T-Mobile USA has let go with an interesting statistic, has over a million iPhones on its network even though it doesn’t offer the device and the users cut down T-Mobile SIMs to work but don’t get 3G or 4G data speeds. Most of the iPhones on the T-Mobile network are pre-iPhone 4 and the company is working on adding Micro SIM cards as an option for customers, although a release date hasn’t been announced………..
Apple just released the unlocked iPhone 4 last week, which allows users to purchase just the phone without a contract and add it to whatever cellular service they like. T-Mobile is saying that 1 million iPhones have been added to its network and as AT&T tries to swallow up the American wing of the German telekom, many have wondered whether Apple would allow T-Mobile to carry the iPhone. A T-Mobile spokesman told 9t05Mac that there are currently more than a million active iPhones using T-Mobile’s network. T-Mobile’s network uses a different frequency for 3G connectivity, so even though it’s a GSM network, which the iPhone supports, anyone using an iPhone on T-Mobile in the U.S. will only get 2G EDGE speeds. Most of these iPhones are pre-iPhone 4 models, the spokesman said, but the iPhone 4 was also fairly well represented, which means customers had to physically alter their SIM cards to get the phone working on the network. The iPhone 4 uses a micro-SIM, smaller than the standard SIM card and T-Mobile doesn’t carry the micro-SIM variant. T-Mobile iPhone users would also have had to unlock their devices via jailbreak or purchased them factory unlocked in order to get them working on the carrier’s network, which those considering an iPhone 4 can now do in the U.S.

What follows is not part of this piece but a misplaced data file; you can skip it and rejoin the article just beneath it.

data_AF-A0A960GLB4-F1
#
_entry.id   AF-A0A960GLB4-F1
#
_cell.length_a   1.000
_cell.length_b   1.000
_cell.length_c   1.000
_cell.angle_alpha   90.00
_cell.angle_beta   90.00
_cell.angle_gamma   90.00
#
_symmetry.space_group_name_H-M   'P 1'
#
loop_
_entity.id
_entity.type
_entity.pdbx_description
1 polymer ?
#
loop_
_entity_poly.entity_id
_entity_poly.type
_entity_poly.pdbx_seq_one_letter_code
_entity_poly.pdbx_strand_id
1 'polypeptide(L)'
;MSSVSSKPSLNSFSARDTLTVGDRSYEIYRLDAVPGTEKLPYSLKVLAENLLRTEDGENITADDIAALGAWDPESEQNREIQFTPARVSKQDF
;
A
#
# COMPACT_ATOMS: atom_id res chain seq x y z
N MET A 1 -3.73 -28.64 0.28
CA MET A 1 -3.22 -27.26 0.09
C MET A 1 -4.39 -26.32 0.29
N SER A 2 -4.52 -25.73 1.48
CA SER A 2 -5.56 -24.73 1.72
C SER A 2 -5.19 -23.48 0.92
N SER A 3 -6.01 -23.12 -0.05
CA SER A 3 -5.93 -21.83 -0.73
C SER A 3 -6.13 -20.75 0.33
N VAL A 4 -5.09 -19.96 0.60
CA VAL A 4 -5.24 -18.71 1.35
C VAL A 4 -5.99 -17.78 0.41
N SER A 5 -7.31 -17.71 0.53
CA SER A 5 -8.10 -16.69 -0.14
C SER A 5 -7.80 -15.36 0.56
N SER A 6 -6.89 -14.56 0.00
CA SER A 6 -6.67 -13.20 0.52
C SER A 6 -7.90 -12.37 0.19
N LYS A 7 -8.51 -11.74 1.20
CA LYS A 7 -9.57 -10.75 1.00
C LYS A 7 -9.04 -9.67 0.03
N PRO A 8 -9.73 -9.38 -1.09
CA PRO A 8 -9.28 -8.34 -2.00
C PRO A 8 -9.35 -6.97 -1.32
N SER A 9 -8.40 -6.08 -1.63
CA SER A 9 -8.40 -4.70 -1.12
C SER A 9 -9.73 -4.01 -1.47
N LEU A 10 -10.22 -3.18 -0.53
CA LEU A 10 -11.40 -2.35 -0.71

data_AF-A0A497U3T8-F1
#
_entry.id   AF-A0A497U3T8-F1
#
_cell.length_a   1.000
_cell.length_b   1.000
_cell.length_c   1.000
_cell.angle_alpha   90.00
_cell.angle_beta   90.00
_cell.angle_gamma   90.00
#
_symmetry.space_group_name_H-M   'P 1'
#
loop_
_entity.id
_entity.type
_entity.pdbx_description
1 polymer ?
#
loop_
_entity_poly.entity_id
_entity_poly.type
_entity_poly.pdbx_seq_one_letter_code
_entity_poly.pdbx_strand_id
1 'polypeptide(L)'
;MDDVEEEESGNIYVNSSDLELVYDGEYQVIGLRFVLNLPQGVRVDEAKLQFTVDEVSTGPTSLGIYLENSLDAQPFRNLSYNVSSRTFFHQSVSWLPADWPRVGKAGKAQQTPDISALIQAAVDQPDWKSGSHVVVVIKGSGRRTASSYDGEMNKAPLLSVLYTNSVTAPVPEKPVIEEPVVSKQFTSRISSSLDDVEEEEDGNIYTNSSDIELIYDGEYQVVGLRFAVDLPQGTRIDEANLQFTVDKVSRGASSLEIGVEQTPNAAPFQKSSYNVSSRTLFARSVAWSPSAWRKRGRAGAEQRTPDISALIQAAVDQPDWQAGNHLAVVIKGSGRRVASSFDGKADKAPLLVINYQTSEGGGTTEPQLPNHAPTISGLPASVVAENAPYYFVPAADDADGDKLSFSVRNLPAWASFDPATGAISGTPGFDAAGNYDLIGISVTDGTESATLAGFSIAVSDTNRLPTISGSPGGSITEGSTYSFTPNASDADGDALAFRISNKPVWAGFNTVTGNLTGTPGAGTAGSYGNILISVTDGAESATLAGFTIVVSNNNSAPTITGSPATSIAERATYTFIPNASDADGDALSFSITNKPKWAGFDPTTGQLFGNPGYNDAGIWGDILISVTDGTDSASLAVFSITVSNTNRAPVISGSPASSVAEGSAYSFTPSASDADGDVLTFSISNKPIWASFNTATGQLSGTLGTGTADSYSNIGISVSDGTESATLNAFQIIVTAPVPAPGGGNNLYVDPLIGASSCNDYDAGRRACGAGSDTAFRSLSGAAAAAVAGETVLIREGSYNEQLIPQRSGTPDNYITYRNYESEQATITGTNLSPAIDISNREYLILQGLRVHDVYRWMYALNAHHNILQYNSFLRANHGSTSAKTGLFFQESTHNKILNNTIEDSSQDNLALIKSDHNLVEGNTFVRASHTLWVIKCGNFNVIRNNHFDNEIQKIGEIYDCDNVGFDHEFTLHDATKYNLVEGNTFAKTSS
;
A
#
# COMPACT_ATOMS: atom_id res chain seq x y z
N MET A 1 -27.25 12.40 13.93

For a technically unsupported device, 1 million is a big number. Consider that estimates for Windows Phone 7 total sales so far puts its reach at about 3.6 million globally and that T-Mobile’s total subscriber count is somewhere around 33 million, and the number is even more impressive. If and when the T-Mobile / AT&T merger goes through, iPhone customers may be legitimized, but for now, that’s 3 percent of T-Mobile’s overall network that’s going rogue for the love of the iPhone. The iPhone’s popularity when it was only available on AT&T, which by almost all accounts provides dismal service in certain locations, including major urban centers like New York and San Francisco, is another indication that people are prioritizing the hardware when buying an Apple smartphone. The increased availability of Wi-Fi hotspots, and offloading efforts by carriers also make mobile cellular network speed less of a priority, especially since mobile data plans now come with caps that can seriously restrict their usefulness anyway. Apple can focus on hardware and software, which apparently draw in customers even when just getting any kind of cellular service can be a bit of a hassle.